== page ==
1950s farm matriarch set a high bar

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soybean field at sunset
Farm and Dairy file photo

Because the good Earth needed gentle hands and heart, guiding without a bully whip and for all of these reasons and more, a farm family matriarch was born. Every good life tells a story, and sharing it has always been my motivation in writing.

For those who built farms and families in the 1950s, I have always believed a special magic was planted and nurtured within those foundations.

Mary Eileen Esselburn passed away last week at 91, and the world lost a remarkable, sweet soul. Her obituary in the Ashland County, Ohio, Times-Gazette begins, “And on the 9th day, God looked down on his planned paradise and said, “The farmer needs a caretaker. So God made a farmer’s wife.”

Love story

The life and love story of Eileen and Andy Esselburn is reminiscent of so many of the good people I have been blessed to know in rural circles. They met at a square dance in the early 1950s, and their courtship lasted. And lasted.

Andy wanted to delay marriage until he could be certain of sound finances and a solid equity position to grow a successful farm. Instead of impatiently walking away, Eileen stood firmly beside her chosen fellow, but one day stated an ultimatum for marriage. This was the 1950s, when couples married young with stars in their eyes.

Eileen wanted a marriage and a farm partnership, and in 1956, that journey began, the bride and groom evenly yoked.

Farm family

Eileen milked cows, gathered eggs, cooked endlessly for a constantly hungry crew, handled all the office work that a busy farm requires and tended a large garden. The quiet, hard-working, successful couple was well respected across the region.

As the farm grew, so did their family, with three sons welcomed: Tom, Dave and Bob. This mild-mannered lady was an accomplished pianist, and played the organ at church until the birth of her firstborn.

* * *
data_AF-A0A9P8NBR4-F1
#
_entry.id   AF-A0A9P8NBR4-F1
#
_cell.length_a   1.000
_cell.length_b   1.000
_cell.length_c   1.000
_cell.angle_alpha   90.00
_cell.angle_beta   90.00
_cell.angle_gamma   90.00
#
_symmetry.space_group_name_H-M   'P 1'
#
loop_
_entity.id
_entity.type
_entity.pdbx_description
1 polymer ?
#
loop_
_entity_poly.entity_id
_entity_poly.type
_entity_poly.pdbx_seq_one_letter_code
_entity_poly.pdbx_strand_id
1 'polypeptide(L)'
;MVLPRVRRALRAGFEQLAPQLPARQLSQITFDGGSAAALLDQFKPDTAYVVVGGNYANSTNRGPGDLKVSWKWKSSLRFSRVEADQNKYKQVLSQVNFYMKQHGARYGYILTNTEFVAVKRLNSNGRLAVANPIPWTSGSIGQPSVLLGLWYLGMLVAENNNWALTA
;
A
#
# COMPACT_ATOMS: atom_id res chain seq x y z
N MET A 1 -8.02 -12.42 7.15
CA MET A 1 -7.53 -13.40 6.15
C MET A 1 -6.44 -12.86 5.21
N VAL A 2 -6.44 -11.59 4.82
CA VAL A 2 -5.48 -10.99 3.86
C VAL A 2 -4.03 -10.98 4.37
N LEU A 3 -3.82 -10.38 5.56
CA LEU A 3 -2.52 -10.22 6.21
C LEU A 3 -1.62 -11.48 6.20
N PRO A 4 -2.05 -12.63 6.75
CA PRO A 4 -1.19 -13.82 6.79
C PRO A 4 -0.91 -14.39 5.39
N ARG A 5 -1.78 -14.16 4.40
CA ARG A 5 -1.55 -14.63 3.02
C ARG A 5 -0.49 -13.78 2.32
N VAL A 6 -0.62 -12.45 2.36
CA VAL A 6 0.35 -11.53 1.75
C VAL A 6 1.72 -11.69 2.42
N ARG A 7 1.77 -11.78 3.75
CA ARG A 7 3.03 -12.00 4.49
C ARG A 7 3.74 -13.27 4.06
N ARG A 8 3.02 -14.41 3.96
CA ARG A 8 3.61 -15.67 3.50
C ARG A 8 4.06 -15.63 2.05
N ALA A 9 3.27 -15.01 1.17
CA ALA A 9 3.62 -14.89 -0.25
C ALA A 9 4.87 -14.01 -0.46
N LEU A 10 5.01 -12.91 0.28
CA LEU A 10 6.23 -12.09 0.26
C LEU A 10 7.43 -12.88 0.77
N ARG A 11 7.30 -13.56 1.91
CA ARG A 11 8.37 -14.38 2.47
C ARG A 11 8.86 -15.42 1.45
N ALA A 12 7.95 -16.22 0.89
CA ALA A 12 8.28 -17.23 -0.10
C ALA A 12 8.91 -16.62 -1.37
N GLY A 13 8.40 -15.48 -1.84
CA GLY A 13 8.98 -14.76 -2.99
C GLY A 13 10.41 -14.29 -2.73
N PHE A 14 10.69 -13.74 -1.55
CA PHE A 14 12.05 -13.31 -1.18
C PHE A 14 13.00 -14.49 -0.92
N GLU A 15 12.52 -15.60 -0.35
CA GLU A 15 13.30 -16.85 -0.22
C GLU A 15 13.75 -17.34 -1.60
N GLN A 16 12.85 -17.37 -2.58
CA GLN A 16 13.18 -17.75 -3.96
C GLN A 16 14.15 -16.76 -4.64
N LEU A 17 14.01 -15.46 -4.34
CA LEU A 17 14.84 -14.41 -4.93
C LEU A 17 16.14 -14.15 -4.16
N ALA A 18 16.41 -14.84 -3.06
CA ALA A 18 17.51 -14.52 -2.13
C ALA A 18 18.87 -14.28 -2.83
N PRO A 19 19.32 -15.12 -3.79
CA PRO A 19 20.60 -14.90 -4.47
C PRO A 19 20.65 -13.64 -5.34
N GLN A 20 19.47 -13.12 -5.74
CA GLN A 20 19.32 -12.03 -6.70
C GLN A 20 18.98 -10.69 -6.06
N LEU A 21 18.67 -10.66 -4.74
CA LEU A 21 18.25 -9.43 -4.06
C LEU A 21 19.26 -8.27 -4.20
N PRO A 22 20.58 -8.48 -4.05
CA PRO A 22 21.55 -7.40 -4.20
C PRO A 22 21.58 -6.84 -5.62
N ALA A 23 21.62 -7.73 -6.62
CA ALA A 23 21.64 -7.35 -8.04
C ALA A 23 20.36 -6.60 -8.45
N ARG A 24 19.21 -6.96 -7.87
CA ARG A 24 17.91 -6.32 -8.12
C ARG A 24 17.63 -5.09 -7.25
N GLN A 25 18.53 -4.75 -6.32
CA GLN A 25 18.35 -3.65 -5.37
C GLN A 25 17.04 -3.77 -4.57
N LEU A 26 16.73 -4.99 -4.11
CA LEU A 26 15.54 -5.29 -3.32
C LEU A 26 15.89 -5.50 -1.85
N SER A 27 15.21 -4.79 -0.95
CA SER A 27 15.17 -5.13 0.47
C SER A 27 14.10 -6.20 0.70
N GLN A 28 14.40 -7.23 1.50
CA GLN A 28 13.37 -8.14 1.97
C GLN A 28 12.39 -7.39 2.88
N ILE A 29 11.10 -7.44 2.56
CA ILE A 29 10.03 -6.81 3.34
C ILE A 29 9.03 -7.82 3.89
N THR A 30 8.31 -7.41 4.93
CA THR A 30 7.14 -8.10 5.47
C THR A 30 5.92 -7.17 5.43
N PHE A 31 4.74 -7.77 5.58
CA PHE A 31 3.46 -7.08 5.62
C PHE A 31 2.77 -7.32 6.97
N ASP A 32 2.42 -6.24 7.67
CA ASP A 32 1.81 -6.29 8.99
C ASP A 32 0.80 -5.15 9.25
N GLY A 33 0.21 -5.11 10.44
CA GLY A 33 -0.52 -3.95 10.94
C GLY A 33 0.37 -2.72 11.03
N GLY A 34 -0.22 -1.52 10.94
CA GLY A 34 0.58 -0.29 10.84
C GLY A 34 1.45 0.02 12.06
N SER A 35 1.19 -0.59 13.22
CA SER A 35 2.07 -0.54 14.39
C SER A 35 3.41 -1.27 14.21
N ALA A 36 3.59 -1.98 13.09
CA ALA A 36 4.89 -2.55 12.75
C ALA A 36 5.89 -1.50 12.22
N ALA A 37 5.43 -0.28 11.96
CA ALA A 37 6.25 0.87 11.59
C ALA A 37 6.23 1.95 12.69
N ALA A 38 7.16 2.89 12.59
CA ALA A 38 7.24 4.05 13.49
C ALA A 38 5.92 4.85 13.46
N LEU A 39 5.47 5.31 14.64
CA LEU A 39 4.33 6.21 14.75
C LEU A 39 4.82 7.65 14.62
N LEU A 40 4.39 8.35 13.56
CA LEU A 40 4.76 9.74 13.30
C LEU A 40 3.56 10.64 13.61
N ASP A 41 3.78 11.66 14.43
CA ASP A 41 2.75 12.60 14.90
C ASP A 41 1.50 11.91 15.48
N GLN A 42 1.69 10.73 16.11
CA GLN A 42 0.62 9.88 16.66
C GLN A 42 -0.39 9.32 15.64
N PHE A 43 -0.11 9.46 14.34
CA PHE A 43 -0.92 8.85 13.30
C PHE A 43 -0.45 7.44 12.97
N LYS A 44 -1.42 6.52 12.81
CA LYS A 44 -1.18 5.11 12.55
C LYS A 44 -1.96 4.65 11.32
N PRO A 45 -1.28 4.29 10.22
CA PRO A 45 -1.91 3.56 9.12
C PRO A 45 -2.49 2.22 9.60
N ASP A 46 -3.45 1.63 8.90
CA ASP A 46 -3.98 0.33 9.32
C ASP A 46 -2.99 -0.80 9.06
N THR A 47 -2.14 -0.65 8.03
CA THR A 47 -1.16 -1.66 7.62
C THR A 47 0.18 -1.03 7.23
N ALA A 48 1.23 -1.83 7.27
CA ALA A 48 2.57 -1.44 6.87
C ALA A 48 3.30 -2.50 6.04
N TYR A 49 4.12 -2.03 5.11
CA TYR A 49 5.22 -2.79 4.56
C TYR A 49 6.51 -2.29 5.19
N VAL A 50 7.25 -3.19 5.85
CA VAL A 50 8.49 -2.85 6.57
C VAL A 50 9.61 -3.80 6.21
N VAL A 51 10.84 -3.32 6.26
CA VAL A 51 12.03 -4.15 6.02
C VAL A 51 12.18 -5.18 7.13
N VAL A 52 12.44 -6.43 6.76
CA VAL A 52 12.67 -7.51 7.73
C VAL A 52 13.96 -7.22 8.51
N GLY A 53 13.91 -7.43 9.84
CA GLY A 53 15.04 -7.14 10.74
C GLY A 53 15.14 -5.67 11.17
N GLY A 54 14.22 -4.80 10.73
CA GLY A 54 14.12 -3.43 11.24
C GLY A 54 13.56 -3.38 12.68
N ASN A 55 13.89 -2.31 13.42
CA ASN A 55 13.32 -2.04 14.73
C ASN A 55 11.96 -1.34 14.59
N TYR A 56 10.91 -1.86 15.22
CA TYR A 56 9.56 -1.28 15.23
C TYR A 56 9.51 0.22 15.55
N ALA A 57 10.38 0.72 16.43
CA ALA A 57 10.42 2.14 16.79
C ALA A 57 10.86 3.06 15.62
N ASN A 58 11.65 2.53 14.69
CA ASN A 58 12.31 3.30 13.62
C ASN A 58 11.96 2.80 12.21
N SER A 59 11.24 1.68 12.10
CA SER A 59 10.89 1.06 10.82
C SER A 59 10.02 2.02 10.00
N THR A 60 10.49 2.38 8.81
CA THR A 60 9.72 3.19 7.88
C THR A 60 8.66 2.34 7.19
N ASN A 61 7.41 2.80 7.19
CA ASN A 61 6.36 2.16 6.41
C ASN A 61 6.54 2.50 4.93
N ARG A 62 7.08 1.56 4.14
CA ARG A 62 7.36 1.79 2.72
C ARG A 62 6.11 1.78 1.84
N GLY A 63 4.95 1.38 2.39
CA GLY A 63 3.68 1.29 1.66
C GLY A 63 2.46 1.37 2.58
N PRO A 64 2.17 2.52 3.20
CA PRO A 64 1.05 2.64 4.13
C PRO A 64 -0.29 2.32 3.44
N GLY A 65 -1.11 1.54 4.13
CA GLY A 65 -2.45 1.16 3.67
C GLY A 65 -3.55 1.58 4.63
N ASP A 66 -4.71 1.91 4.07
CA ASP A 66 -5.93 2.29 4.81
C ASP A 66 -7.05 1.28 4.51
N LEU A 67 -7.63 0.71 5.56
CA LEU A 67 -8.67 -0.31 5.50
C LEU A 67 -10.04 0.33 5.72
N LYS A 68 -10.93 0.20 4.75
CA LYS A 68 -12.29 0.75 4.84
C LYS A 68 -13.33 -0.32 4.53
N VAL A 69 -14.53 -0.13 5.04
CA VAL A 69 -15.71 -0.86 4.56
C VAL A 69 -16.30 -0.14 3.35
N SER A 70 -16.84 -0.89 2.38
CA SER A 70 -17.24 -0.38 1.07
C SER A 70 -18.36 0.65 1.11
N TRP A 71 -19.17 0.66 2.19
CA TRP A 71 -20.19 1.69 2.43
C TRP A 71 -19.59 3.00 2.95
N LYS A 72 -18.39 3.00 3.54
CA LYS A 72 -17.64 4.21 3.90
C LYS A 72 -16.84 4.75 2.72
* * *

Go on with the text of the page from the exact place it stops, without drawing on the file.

She was head 4-H advisor, chief chauffeur to many sporting and FFA events, all while remaining a busy farm owner and operator in rural Shreve, keeping a house and garden at their home place near McZena and remaining active in her church, with a strong focus on raising her sons.

“She was a very reserved lady, with a mild temperament, avoiding profanity. However, three teenage boys almost caused her to slip one time,” her obituary reads.

High bar

She handled even the toughest of days on their family farm with kindness and a focused discipline. Over the years, Eileen watched with pride as the Esselburn family grew to include daughters-in-law and grandchildren.

As our lives evolve, demanding days continue to press families; the work is truly never done. I think of the ladies of Eileen Esselburn’s generation with great admiration, because they taught us how to get it all done at a time when there were very few shortcuts in a significantly heavy workload, while also serving a greater good in numerous capacities within their communities.

Eileen was a true lady who set the bar high, and did it all with grace, kindness and a giving heart, quietly setting a remarkable example for all who knew her.

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Judith Sutherland, born and raised on an Ohio family dairy farm, now lives on a 70-acre farm not far from the area where her father’s family settled in the 1850s. Appreciating the tranquility of rural life, Sutherland enjoys sharing a view of her world through writing. Other interests include teaching, reading, training dogs and raising puppies. She and her husband have two children, a son and a daughter, and three grandchildren.

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